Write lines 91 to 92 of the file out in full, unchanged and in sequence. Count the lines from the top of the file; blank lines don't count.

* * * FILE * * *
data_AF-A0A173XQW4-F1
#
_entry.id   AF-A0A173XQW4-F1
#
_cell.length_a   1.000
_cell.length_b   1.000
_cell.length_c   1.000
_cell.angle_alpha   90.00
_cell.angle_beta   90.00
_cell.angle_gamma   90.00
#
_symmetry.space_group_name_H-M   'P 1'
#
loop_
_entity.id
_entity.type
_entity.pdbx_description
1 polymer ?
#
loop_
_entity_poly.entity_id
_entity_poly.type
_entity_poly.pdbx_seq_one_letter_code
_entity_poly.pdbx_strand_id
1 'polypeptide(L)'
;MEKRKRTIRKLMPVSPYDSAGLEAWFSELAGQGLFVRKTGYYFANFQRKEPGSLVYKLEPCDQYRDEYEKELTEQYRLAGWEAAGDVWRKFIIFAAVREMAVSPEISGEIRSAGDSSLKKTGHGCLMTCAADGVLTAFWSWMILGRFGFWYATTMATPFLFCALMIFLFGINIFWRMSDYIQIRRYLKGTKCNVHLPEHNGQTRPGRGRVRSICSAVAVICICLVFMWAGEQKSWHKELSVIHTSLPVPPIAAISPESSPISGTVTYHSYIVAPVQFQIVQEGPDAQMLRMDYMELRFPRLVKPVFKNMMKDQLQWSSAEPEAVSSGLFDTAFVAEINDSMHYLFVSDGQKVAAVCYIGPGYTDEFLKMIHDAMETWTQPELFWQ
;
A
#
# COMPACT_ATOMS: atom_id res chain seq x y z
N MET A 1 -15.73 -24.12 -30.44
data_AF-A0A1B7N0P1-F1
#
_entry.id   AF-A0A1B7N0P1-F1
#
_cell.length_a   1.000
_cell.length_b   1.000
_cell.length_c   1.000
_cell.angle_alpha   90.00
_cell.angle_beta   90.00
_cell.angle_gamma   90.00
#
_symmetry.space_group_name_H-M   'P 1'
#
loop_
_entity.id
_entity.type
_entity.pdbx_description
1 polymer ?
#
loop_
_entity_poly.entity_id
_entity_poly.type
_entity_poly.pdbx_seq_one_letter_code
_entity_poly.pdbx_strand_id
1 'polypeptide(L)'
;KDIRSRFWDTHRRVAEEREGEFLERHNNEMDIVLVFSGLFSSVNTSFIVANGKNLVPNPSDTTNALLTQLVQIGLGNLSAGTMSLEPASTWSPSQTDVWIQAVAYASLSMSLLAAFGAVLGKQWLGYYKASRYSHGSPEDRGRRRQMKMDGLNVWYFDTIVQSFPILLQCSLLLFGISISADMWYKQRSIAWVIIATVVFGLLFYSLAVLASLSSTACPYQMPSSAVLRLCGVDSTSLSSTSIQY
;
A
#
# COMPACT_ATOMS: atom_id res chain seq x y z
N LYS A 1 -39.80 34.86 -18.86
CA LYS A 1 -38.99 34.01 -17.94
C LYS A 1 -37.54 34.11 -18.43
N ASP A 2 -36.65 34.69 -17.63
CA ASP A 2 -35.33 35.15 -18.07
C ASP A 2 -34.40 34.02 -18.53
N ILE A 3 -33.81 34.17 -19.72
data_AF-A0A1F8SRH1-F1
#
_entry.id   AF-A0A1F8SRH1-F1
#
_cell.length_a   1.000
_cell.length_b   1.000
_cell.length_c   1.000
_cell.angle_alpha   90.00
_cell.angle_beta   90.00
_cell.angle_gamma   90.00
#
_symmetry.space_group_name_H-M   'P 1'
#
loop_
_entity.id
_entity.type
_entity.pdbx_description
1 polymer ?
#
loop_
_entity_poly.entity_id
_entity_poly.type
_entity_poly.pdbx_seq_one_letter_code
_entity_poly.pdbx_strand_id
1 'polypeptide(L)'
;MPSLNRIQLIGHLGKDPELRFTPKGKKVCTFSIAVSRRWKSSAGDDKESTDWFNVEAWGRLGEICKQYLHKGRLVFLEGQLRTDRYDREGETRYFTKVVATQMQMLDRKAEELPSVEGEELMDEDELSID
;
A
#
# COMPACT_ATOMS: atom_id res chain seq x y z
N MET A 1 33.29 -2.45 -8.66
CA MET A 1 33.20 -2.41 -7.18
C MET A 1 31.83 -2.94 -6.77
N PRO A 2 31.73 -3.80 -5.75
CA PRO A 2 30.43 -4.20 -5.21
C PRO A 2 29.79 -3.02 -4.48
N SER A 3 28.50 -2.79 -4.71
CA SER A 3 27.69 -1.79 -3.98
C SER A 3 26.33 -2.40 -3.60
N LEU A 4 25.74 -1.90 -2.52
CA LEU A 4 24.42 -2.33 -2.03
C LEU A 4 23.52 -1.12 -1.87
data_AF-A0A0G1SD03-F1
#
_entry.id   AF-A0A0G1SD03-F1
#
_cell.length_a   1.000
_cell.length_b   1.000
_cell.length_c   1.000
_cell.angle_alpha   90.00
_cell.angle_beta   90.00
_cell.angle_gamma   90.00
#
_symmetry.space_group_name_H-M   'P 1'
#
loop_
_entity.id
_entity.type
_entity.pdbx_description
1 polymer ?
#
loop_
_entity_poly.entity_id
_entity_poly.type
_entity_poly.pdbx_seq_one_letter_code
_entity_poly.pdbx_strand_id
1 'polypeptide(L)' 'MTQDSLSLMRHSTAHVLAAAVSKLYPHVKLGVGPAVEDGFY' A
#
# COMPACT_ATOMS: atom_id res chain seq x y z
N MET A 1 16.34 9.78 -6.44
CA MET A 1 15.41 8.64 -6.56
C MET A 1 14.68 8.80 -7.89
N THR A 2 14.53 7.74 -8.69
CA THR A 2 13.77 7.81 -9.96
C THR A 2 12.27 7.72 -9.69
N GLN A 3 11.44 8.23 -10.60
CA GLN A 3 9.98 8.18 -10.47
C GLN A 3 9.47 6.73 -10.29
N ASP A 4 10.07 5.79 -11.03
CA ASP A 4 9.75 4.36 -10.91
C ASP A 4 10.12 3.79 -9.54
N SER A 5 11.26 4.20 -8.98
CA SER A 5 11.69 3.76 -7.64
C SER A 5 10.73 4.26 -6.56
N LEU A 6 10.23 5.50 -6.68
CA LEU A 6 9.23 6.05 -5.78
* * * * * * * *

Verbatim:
_entity_poly.pdbx_seq_one_letter_code
_entity_poly.pdbx_strand_id